Alexey MillerAlexey Miller, born in 1959, is professor at the European University in St. Petersburg and recurrent visiting professor of the Central European University in Budapest. His research focuses on History of Concepts, Comparative History of Empires, Russian Nationalism and Empire and Remembrance Politics in Central and Eastern Europe. He is author and editor of numerous publications and book series. He is currently working on his new book, “Memory Politics in Putin’s Russia”.
Over the course of the war, which quickly assumed the guise of a life and death struggle, the empires actively played the ethnic card against their adversaries. They encouraged separatism inside the enemy states and introduced repressive measures against disloyal or suspect ethnic groups among their own subjects. The mighty empires engaged in a lethal struggle had destroyed each other, and the collapse of all of them by the end of the war created an opportunity for other players to experiment with the form of nationalising states in this area.
Ivars IjabsIvars Ijabs, born in 1972, is a an Associate Professor at the University of Latvia, a Political Scientist and one of the country's most well-known political and cultural commentators. His research interests include the History of Political Ideas, Nationalism, as well as Interethnic Relations in Central and Eastern Europe. He is the author of several books on Political Theory and Latvian Politics, as well as of many scholarly articles. He writes a regular column in the Latvian magazine "Rīgas Laiks", as well as in other publications. Vice-President for Professional development of the Association of the Advancement of Baltic Studies (AABS), as well as a member of several other scholarly organizations. Ijabs has studied Philosophy and Political Science in Latvia, Germany, and Iceland. In 2010, he was Fulbright Visiting Scholar at the State University of New Jersey, USA.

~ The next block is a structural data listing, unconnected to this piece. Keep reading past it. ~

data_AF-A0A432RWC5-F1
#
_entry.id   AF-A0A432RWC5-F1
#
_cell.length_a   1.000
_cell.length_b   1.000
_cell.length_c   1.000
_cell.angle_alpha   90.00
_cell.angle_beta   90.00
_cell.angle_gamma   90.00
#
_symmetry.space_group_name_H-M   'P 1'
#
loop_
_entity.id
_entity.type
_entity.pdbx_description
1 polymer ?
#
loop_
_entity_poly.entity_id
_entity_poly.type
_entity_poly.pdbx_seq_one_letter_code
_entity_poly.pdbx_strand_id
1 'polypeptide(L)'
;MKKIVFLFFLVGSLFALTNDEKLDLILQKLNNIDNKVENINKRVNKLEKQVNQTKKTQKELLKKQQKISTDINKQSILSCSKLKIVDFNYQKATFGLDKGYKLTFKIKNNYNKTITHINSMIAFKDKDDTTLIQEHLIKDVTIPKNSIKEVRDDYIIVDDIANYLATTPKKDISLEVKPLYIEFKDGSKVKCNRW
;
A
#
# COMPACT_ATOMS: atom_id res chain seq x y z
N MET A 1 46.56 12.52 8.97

Aivars StrangaAivars Stranga is professor and chair of the Department of History at the University of Latvia. He is the author of seven monographs and more than 150 scholarly and general publications on Latvian Domestic and Foreign Policy and International Relations between 1918 and 1940, and Latvian Foreign Policy from 1991 to 2000. Professor Stranga was visiting professor at Stanford in 2002, 2003, 2009 teaching courses on Baltic History and the History of the Holocaust in the Baltics.
Gespräch zwischen Aivars Stranga und Ljudmila Nowikowa
Although heated debates about who was responsible for the outbreak of the First World War are taking place even now, all agree that the war was the most fateful event of the 20th century, whose outcome contributed decisively to the rise of Communist and National Socialist dictatorships in Russia and Germany as well as the seizure of power by the Fascists in Italy. Latvia, by contrast, profited, as did several other countries – it became an independent state due to the collapse of the German and Russian Empires. It was precisely the turmoil of the First World War that led to a rapid development of political awareness in Latvia – within a couple of years, starting in 1915, ideas of ever-greater autonomy arose within the Russian Empire until they were replaced by the concept of complete independence, which could ultimately be realised thanks to favourable international circumstances as well as the determination and will of a few great Latvian personalities.